At NRC, temperature control is achieved using an environmental enclosure that can hold the temperature at a desired level (e.g. 23 C [73 F]). The humidity in the chamber is maintained by blending dry and humidified airstreams, typically with mass flow controllers, and continuously monitoring the exhaust air for relative humidity.

In order to limit the emissions to the material surface, NRC developed and custom-fabricated a specimen holder, mimicking the emissions in real environments, minimizing emissions from specimen edges and back, and therefore precisely meeting the material loading ratio requirements. Meeting the requirement of a material loading ratio (i.e. the ratio of the area of exposed surface of the test specimen to the chamber volume) is particularly important, as it can affect the chamber concentration and emission rate. This practically means that emissions are fairly characterized, like in a real indoor environment.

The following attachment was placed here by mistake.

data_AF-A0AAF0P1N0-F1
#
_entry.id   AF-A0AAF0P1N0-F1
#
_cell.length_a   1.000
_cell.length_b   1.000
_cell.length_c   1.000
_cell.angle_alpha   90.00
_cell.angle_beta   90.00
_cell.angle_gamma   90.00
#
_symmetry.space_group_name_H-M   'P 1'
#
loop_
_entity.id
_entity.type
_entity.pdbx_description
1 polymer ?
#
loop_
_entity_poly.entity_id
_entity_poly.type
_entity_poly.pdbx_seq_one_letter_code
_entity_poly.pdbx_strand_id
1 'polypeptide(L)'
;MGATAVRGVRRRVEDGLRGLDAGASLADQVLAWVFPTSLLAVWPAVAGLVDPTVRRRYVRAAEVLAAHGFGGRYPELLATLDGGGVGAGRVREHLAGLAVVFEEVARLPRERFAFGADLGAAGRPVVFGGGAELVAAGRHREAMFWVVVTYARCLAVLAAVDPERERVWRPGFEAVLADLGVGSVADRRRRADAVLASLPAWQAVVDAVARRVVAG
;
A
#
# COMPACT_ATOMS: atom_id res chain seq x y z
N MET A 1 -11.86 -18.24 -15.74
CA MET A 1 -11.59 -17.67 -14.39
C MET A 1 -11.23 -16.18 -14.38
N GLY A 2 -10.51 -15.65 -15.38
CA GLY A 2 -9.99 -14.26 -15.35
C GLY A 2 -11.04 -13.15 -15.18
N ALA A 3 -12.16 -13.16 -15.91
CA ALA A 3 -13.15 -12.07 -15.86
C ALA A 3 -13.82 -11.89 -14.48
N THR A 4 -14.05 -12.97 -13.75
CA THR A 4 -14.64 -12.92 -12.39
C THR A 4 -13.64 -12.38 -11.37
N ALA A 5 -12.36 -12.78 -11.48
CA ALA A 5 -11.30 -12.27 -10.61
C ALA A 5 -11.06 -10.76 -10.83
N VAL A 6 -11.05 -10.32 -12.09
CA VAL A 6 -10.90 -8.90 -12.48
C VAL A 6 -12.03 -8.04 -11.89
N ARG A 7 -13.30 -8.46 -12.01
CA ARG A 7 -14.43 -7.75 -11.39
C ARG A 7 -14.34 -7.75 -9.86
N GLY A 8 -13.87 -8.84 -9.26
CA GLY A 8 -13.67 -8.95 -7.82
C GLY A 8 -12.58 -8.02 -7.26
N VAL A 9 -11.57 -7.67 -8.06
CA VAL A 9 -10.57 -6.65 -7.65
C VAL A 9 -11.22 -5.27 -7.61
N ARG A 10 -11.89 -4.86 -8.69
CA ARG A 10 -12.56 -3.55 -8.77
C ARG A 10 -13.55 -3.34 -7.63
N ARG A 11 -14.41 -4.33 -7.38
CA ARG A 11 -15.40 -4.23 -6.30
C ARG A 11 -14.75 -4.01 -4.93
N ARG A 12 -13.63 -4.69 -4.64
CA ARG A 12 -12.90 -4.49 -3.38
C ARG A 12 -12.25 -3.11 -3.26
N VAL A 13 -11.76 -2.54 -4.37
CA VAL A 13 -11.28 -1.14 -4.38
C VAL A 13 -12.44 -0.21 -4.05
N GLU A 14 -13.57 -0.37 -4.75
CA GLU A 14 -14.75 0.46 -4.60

Figure 5: Full-scale chamber with a test specimen at NRC.

VOCs and formaldehyde emitted from the building material into the chamber are then drawn out of the chamber onto a sampling medium (i.e. sorbent) at a designated time, and subsequently analyzed with a gas chromatography/mass spectrometry (GC/MS) and high-performance liquid chromatography (HPLC). Since materials can emit hundreds of chemicals, which cannot all be caught by the same sorbent, it is sometimes necessary to sample onto several sorbents in parallel and analyze them with different apparatus.